Friday night I went to the Arlington Theater to see Avatar. Nearly three years ago in the same room, I saw James Cameron pass on the SB Film Festival’s Attenborough Award for nature films to Al Gore. Cameron had won the inaugural award for his 3D underwater films, which were as close as most of us will ever get to the deep-sea environments portrayed in those films. He invited Gore that night to carry on the tradition of the previous winner presenting to the next, which maybe why it hasn’t been awarded since. Too bad, as evidenced by Avatar, Cameron is a man of really big concepts realized in equally large efforts. Who knows what Gore could accomplish if he followed Cameron more closely.
While it is difficult to imagine with all the hype around the film, the fact is that the film is much richer, layered and remarkable than I had been led to believe by the many reviews I read and heard. Ken Turan of the LA Times called it “The Jazz Singer” of the 21st century, and that is a very fair and appropriate description. The rightfully detailed focus on the methods of production have overshadowed the story, itself is a remarkable product from uber geek and technologist Cameron. Like the Jolson vehicle, Avatar shows audiences and an industry the potential of the latest set of filmmaking tools.
The man who brought us new breakthroughs in aliens, time travel, robotics, undersea adventuring, and finally using CGI to let audiences experience the most famous episode of human comeuppance in recorded history (the Titanic disaster) is hardly who one would expect to spend twelve years (by his account) and over $300 million to send a message to humanity regarding our arrogant and ignorant ways here on earth. Complete with swaggering military types spoiling for a fight, corporate authority focused on the quarterly return, and “limp dick science types” Cameron delivers the message with full on battle scenes pitting the machines of war against the full spectrum of the natural world. The real mystery of Avatar is whether or not Cameron, like his hero, Jake Scully, will betray his species or the world of his own creation.
There has been no mention of this, but the coincidence of the film’s opening with the Copenhagen Conference on Climate is well, not so coincidental. Cameron, while not stinting on tons of geeky technology futurism, has invested far more in inventing a spectacular alternate world in which the interrelationship of beings on the planet Pandora are not just concepts of indigenous people’s spiritual beliefs or witchcraft, but a highly sophisticated symbiosis that is scientifically observable, if not understood. The film echoes multiple native peoples cultural traditions in evoking an idealized balanced society of all life forms, providing a observable if thin factual basis..
While criticism of the plot as predictable, and the dialogue stiff, you aren’t likely to notice. The exploitation of the 3D effect is nearly flawless, which given the paucity of expertise with such a toolset is really remarkable. The first sequence of flying is worth the premium price of the 3D admission alone. Whether or not Cameron’s expertise will be propagated to lower cost production remains to be seen, but the aesthetic bar for technical execution has been set very high.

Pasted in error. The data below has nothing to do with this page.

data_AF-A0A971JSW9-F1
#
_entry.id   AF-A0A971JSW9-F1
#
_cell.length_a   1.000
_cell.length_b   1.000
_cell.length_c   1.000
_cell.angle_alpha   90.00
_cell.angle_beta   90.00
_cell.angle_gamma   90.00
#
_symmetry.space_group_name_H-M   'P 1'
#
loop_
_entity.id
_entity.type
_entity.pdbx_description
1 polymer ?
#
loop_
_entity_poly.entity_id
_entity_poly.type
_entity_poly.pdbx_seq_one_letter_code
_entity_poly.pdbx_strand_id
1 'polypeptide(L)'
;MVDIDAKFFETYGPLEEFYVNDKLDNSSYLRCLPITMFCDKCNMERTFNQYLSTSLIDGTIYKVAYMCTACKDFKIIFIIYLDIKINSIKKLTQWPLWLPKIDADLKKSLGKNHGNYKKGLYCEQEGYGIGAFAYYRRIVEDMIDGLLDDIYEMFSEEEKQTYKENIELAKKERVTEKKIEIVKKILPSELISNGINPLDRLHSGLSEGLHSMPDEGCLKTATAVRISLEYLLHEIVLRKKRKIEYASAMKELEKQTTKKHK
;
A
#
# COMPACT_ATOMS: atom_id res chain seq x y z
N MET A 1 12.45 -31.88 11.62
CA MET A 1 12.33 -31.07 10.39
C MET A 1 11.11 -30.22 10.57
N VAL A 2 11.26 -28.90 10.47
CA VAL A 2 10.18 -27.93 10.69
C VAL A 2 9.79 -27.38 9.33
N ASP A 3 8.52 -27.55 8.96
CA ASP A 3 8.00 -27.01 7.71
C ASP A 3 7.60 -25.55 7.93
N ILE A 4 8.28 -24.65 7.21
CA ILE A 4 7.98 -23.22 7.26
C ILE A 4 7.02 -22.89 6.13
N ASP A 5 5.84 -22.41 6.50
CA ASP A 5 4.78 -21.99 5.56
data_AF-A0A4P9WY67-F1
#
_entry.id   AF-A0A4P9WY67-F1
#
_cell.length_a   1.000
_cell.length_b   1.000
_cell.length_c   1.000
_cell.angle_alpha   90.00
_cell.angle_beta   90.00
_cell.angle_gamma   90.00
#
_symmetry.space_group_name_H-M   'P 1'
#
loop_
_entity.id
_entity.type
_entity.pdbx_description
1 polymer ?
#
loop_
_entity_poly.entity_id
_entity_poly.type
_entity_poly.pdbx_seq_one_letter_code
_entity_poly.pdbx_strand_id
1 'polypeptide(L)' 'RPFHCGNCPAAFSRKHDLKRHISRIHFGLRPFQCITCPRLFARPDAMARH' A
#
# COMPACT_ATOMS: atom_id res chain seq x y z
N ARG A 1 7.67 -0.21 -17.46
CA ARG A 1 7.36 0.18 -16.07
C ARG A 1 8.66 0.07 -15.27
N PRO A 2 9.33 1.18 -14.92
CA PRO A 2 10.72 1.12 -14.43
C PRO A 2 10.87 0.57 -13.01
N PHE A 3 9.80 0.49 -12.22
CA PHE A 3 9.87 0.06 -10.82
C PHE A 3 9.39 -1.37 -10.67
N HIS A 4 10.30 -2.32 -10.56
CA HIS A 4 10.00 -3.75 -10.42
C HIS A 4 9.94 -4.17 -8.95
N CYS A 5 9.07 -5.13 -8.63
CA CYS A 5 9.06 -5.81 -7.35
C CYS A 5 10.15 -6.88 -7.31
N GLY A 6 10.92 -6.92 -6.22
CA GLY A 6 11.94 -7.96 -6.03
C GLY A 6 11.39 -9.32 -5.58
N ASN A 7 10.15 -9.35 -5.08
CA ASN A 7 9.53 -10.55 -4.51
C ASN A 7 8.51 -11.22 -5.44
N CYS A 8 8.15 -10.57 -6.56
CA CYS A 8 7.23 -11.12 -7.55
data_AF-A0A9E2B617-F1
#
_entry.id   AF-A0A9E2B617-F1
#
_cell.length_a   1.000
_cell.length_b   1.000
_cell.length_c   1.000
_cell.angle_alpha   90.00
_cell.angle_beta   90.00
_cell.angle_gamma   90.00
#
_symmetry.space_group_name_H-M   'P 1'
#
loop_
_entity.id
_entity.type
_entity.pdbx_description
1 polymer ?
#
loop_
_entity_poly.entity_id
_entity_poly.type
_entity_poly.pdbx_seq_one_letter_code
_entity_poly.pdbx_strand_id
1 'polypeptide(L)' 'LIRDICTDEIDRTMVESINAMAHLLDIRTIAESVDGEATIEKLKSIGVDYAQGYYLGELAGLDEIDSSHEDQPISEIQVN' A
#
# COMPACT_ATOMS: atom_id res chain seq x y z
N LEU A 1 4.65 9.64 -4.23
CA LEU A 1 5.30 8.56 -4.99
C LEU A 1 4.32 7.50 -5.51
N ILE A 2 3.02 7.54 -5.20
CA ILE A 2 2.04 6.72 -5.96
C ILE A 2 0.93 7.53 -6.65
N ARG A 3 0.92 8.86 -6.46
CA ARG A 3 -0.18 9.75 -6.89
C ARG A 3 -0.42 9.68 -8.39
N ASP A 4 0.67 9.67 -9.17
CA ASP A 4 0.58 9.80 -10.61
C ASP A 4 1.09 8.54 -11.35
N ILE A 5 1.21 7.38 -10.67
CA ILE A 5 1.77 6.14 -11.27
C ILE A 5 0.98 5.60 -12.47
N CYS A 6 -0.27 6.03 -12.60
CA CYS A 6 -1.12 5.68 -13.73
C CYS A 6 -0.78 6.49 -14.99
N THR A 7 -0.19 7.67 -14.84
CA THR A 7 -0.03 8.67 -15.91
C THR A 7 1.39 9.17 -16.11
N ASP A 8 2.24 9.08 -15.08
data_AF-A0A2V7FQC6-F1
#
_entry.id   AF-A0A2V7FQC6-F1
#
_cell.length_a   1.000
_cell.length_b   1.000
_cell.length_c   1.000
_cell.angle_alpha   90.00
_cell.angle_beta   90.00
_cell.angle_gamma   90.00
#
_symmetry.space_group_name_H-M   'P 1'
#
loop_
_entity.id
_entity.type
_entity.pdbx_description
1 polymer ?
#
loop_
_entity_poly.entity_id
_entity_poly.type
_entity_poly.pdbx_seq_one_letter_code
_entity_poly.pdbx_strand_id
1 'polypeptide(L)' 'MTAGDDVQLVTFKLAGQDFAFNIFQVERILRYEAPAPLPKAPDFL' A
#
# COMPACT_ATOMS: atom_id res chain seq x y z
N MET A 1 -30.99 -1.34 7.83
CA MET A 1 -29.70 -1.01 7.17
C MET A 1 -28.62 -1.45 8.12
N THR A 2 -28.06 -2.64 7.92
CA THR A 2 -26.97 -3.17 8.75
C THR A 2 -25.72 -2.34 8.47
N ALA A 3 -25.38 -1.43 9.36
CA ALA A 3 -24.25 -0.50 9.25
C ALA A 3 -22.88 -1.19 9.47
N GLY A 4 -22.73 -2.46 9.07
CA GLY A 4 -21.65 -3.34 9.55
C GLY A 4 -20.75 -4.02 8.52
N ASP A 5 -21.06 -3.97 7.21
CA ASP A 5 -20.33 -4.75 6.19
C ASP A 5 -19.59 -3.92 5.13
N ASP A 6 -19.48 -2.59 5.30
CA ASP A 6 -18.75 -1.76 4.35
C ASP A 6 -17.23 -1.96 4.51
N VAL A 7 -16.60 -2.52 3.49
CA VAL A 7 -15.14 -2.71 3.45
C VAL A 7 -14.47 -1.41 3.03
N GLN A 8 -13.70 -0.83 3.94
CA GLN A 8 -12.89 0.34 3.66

Even more important to the industry is whether or not Avatar will prove the promise Cameron made to exhibitors and peers three years ago when he went to multiple trade shows exhorting theater owners and production professionals to join him in “saving the theatrical experience”. While 3D has shown an ability to bring out niche audiences who are willing to pay higher ticket prices, Avatar is the first 3D ‘tent pole’. Regardless of its ultimate gross return, the measure of its effectiveness in fulfilling Cameron’s promise is probably years away.
Thousands of people worked on Avatar, and all probably had to stretch their skills and selves to satisfy Cameron’s notoriously demanding direction. Yet all now possess a precious experience and skill set in what audiences will hope the Hollywood production marketplace will be demanding. To point out any of their achievements is to slight the rest, but it is impossible to ignore the accomplishments of actors who worked in the oddest of realities to create the key emotional elements that ground the story, and hold our sympathies.
While there are scenes in which actors actually performed in traditional sets, the compelling scenes are all in the CG world of Pandora. The innovations in what Cameron calls “performance capture” bring us further into an impossible environment than anything ever offered. Unlike Titanic, which used CG to represent an actual environment that audiences craved to see, but wouldn’t actually want to be in, Avatar takes us to a world that offers a realization of many common human dreams- flying for one, social integration for another. As I left the theater, I had the distinct feeling that I had just experienced a separate reality and wonderful dream.
If, as is suggested in the Wired magazine profile of Cameron, he was motivated to make Avatar out of jealousy born of seeing Star Wars, filmgoers have yet another reason to thank George Lucas, as well as Sony who first agreed to adapt their products to enable Cameron’s 3D experiments in the deep sea years ago. Cameron, one might guess, has already received his reward in being able to accomplish his dream. Validation by the market awaits, and I can’t suggest strongly enough that you make a point of seeing the film in 3D.
While I doubt that modern western civilization will suddenly attune itself and its ways to the natural world, as demonstrated by the denizens of Pandora, I am positive film fans will be eager to see the next filmmaker’s attempt to match its ambitions.